Oct 19, 2012

Will We Answer Their Call


Image borrowed from www.usatoday.com (Google images)

“Verily, those who put into trial the believing men and believing women (by torturing them and burning them), and then do not turn in repentance (to Allah), will have the torment of Hell and they will have the punishment of the burning Fire.” [Al Burooj 85:10]

I see you ..

Cold blooded enemies with a seed of hatred,

that is filled with bitterness.

I see you.

For who you truly are.

I see an enemy of Allah.

Your blinding rage makes me see

how heartless a human being can truly be.

My voice may lose its sound

My eyes may lose its sight

You can take all of my rights

But unlike you my heart will not turn blind

So do as you please

My shattered hopes and dreams

I will pick up, piece by piece

I may seem defeated

Yet I refuse to prostrate to you

Because the bending of my knees is only meant for my Lord

How fortunate we are; we have food, we have drinks, and we do not have bombs raining over our heads. One moment we are completely aware of what is happening to our less fortunate brothers and sisters and the next moment we have moved on with our lives and we have forgotten about their distress. Safety is taken for granted by many of us, we do not see how blessed we truly are. Muslims in despair are calling us from all over the world.  Are you answering their call?

It is almost impossible to hold back my tears when viewing the shocking images and videos from countries like Burma, Syria, and Palestine. Boundaries have become invisible and justice is a concept that I no longer comprehend. Love is an imaginary expression that has disappeared into dust. The pain caused by the endless violence grows to be unbearable, yet the world chooses to remain silent. How can we conceal the truth after knowing it, we have to separate truth from falsehood just as Allah subhaanahu wa ta'aala distinguished day from night.

“O you who have believed, be persistently standing firm for Allah, witnesses in justice, and do not let the hatred of a people prevent you from being just. Be just; that is nearer to righteousness. And fear Allah; indeed, Allah is Acquainted with what you do.”[Al-Maaida 5:8]

Helping and supporting those in need is also a trait that is highly encouraged in Islam. Abu Hurairah (May Allah be pleased with him) reported:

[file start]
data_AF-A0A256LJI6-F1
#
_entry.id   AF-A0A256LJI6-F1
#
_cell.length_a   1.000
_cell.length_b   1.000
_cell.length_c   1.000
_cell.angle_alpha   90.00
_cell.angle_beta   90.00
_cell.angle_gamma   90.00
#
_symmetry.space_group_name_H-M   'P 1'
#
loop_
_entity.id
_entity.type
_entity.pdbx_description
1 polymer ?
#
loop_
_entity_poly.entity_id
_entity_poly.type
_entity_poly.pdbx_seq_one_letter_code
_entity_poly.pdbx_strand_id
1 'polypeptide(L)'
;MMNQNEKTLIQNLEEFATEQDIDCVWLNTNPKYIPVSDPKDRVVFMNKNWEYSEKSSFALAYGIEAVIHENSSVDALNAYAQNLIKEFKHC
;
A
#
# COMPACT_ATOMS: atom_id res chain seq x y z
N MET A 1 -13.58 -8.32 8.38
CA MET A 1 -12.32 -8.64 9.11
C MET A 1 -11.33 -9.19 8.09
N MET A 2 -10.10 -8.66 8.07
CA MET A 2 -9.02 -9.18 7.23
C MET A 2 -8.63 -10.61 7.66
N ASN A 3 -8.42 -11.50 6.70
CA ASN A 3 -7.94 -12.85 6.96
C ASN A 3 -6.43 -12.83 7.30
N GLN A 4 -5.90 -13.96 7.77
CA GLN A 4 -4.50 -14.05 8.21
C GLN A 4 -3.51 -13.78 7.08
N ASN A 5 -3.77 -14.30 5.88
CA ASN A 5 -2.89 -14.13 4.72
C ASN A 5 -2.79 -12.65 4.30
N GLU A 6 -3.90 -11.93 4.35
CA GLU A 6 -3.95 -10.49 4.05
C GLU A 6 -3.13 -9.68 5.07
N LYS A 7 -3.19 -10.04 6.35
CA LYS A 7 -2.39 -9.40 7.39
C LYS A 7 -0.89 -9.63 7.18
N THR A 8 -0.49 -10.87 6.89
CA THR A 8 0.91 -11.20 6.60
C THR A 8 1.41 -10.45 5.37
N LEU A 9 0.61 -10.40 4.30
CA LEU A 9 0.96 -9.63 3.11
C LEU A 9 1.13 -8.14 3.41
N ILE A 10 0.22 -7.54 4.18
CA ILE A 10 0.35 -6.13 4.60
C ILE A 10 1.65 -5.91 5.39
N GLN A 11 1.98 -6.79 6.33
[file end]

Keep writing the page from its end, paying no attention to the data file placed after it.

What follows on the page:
The Prophet sal Allahu alayhi wa sallam said, “He who removes from a believer one of his difficulties of this world, Allah will remove one of his troubles on the Day of Resurrection.” [Muslim]

The situation in many Muslim countries is becoming more intense and we have to support our brothers and sisters. We should donate our money to charities that send aid to these countries. When you do not have money, use your tongue, which is also a powerful tool. Spread the word so it will reach others who can do something about it but most importantly we should all use the weapon of the believer, just raise your hands and make dua.

The horror that is happening in their everyday life is unimaginable. Oppression is what they receive but bravery is what I see. The Muslims in despair have shown me the definition of courage. Now we have to show our courage and speak up. Do not turn your cheeks the other way and do not neglect the call of our brothers and sisters. Speak up, pray and never forget them in your dua. When we do not obey the message of our Creator and choose to remain blind, we alone have ourselves to blame.

I'd love to hear your views on this topic. Please post in the comments section below! :)

Oct 18, 2012

Habibi Halaqas Writers Awards From First Half of 2012

The real strength of Habibi Halaqas lies in the dedicated group of sisters who are working hard behind the scenes, for the sake of Allah SWT and for the sake of spreading His deen. Amongst this wonderful group of sisters are our writers, who are an utmost privilege to work with, alhumdulillah rabbil 'alameen. Their writing has caused so many of our readers to leave heartfelt comments such as the one below. We cannot thank them enough for benefiting fellow Muslims through us and as a token of appreciation, present the following awards.

Congratulations to each and everyone of you! May Allah SWT allow you to benefit many more through your words and place barakah in your writing, ameen!


Author who was successful in proving her potential and talent for writing with her very frist article. A True writer in making.

April - Shazia Arif for her article “Salaf In Ramadan”.
May - Sabina Giado for her article “Making A Difference To The Revert’s Ramadan” (Will be published in our magazine).

Author whose article had the right balance of everything. Research, quotes, references, punctuation and language. Excellence personified!

January - Sabeen Mansoori for her article “Excuses”.
February - Amatullah Aminah for her article “Aqeedah Al Wasittiyah”.
March - Abeer Sadary for her article “What Happens After Death”.
April - An Ghela for her article “Maximizing Ibadah During Periods”.
May - Abeer Sadary for her article “Importance Of Shabaan”.
June - Sabeen Mansoori for her article “How To Stay Consistent With Dhikr And Duas After Ramadan”.

Author who connects with the audience and who has the ability to strike a cord. Makes you think and reflect through her work.

January - Ukhti Noor for her article “What’s Your Excuse?”